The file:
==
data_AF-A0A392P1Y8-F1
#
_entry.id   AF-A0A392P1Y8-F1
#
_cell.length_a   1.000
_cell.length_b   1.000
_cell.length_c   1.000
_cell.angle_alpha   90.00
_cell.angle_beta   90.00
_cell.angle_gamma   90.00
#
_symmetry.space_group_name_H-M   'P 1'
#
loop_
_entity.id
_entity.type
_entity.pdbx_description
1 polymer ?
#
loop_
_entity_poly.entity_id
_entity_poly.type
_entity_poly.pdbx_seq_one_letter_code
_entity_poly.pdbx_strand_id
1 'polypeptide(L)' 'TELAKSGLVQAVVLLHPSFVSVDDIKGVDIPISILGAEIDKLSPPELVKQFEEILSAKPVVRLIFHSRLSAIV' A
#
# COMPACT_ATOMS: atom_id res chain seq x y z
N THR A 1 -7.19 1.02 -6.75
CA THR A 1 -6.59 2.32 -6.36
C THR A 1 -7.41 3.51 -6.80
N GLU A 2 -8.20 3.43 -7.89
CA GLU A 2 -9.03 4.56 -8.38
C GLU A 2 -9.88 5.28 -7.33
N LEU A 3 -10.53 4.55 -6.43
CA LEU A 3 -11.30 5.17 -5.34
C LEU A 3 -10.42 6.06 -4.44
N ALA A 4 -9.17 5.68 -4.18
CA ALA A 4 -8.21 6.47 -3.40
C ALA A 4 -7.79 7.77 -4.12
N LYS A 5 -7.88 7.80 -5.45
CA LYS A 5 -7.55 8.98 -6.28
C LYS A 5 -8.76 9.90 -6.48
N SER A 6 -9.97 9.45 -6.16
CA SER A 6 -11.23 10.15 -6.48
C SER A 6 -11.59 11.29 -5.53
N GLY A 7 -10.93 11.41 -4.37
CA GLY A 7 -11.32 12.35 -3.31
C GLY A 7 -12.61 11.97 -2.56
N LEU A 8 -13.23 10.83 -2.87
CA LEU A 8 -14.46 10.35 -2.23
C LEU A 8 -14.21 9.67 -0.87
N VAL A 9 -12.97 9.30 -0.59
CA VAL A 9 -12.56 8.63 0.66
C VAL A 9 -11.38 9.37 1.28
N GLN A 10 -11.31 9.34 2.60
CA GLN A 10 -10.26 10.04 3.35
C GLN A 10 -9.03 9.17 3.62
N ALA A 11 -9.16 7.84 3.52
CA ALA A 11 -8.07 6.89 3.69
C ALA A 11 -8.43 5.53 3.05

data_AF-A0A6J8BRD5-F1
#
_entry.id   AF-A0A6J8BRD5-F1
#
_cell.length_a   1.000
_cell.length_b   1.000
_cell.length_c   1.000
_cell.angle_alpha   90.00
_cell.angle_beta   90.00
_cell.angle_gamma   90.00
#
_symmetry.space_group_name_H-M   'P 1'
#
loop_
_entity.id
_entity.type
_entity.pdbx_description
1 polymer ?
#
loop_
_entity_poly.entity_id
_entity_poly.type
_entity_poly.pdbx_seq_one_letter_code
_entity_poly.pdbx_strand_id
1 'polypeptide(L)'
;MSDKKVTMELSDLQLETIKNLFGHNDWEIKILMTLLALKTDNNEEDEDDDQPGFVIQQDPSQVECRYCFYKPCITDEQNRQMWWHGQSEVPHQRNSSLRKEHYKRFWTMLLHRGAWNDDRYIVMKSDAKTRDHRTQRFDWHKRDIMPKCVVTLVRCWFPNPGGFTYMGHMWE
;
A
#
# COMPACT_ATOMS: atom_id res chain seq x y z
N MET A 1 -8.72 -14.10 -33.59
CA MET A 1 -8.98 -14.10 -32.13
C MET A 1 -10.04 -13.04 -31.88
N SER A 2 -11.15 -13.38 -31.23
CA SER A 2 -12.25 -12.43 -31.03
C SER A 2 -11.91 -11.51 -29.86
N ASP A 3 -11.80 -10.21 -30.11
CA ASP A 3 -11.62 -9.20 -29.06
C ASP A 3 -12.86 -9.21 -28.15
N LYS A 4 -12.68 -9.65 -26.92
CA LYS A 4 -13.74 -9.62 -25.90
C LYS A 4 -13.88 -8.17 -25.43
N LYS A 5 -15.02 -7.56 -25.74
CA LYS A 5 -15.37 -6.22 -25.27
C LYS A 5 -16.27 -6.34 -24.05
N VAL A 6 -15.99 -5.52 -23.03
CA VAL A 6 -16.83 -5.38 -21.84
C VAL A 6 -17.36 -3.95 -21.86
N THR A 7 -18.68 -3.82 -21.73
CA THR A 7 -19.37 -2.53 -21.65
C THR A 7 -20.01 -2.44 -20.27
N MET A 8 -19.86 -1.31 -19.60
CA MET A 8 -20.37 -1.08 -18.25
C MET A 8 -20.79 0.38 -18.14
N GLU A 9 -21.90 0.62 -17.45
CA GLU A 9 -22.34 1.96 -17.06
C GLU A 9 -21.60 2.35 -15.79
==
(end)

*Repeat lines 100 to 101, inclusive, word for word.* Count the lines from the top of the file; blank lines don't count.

N LYS A 4 -12.68 -9.65 -26.92
CA LYS A 4 -13.74 -9.62 -25.90